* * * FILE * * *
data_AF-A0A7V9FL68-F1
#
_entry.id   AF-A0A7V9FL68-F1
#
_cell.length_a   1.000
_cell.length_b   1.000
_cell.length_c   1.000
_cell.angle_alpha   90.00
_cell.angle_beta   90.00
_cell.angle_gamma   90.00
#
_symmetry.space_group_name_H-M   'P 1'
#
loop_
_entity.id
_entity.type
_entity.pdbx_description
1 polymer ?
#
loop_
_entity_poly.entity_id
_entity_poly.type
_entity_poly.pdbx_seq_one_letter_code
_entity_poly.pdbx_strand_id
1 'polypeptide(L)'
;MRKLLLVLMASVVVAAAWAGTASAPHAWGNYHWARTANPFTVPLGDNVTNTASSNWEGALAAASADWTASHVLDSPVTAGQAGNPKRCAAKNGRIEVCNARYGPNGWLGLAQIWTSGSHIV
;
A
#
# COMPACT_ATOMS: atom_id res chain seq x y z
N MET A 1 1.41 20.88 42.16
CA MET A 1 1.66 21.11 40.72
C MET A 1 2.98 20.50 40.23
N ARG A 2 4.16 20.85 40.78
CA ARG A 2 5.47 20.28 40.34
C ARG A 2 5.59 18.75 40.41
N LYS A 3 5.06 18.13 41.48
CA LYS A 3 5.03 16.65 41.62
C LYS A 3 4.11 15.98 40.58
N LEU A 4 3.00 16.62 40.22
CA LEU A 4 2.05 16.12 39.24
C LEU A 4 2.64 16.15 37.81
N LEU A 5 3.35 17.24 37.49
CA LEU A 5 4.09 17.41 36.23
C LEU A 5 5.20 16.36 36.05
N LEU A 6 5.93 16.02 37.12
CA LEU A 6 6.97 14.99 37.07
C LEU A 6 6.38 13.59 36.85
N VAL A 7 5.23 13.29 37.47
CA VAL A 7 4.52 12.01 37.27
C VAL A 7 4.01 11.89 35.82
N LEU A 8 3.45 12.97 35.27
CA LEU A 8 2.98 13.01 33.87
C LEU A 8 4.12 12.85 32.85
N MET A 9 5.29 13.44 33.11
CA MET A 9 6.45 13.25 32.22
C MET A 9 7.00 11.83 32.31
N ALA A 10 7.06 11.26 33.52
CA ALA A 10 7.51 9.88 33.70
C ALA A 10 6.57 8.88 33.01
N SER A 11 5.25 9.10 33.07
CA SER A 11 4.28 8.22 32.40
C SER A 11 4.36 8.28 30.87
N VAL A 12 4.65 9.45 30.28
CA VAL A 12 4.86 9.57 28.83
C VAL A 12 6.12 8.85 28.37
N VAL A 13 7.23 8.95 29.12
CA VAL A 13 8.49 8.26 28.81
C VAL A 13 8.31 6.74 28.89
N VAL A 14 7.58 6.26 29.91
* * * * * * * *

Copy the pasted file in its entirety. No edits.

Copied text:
data_AF-A0A7V9FL68-F1
#
_entry.id   AF-A0A7V9FL68-F1
#
_cell.length_a   1.000
_cell.length_b   1.000
_cell.length_c   1.000
_cell.angle_alpha   90.00
_cell.angle_beta   90.00
_cell.angle_gamma   90.00
#
_symmetry.space_group_name_H-M   'P 1'
#
loop_
_entity.id
_entity.type
_entity.pdbx_description
1 polymer ?
#
loop_
_entity_poly.entity_id
_entity_poly.type
_entity_poly.pdbx_seq_one_letter_code
_entity_poly.pdbx_strand_id
1 'polypeptide(L)'
;MRKLLLVLMASVVVAAAWAGTASAPHAWGNYHWARTANPFTVPLGDNVTNTASSNWEGALAAASADWTASHVLDSPVTAGQAGNPKRCAAKNGRIEVCNARYGPNGWLGLAQIWTSGSHIV
;
A
#
# COMPACT_ATOMS: atom_id res chain seq x y z
N MET A 1 1.41 20.88 42.16
CA MET A 1 1.66 21.11 40.72
C MET A 1 2.98 20.50 40.23
N ARG A 2 4.16 20.85 40.78
CA ARG A 2 5.47 20.28 40.34
C ARG A 2 5.59 18.75 40.41
N LYS A 3 5.06 18.13 41.48
CA LYS A 3 5.03 16.65 41.62
C LYS A 3 4.11 15.98 40.58
N LEU A 4 3.00 16.62 40.22
CA LEU A 4 2.05 16.12 39.24
C LEU A 4 2.64 16.15 37.81
N LEU A 5 3.35 17.24 37.49
CA LEU A 5 4.09 17.41 36.23
C LEU A 5 5.20 16.36 36.05
N LEU A 6 5.93 16.02 37.12
CA LEU A 6 6.97 14.99 37.07
C LEU A 6 6.38 13.59 36.85
N VAL A 7 5.23 13.29 37.47
CA VAL A 7 4.52 12.01 37.27
C VAL A 7 4.01 11.89 35.82
N LEU A 8 3.45 12.97 35.27
CA LEU A 8 2.98 13.01 33.87
C LEU A 8 4.12 12.85 32.85
N MET A 9 5.29 13.44 33.11
CA MET A 9 6.45 13.25 32.22
C MET A 9 7.00 11.83 32.31
N ALA A 10 7.06 11.26 33.52
CA ALA A 10 7.51 9.88 33.70
C ALA A 10 6.57 8.88 33.01
N SER A 11 5.25 9.10 33.07
CA SER A 11 4.28 8.22 32.40
C SER A 11 4.36 8.28 30.87
N VAL A 12 4.65 9.45 30.28
CA VAL A 12 4.86 9.57 28.83
C VAL A 12 6.12 8.85 28.37
N VAL A 13 7.23 8.95 29.12
CA VAL A 13 8.49 8.26 28.81
C VAL A 13 8.31 6.74 28.89
N VAL A 14 7.58 6.26 29.91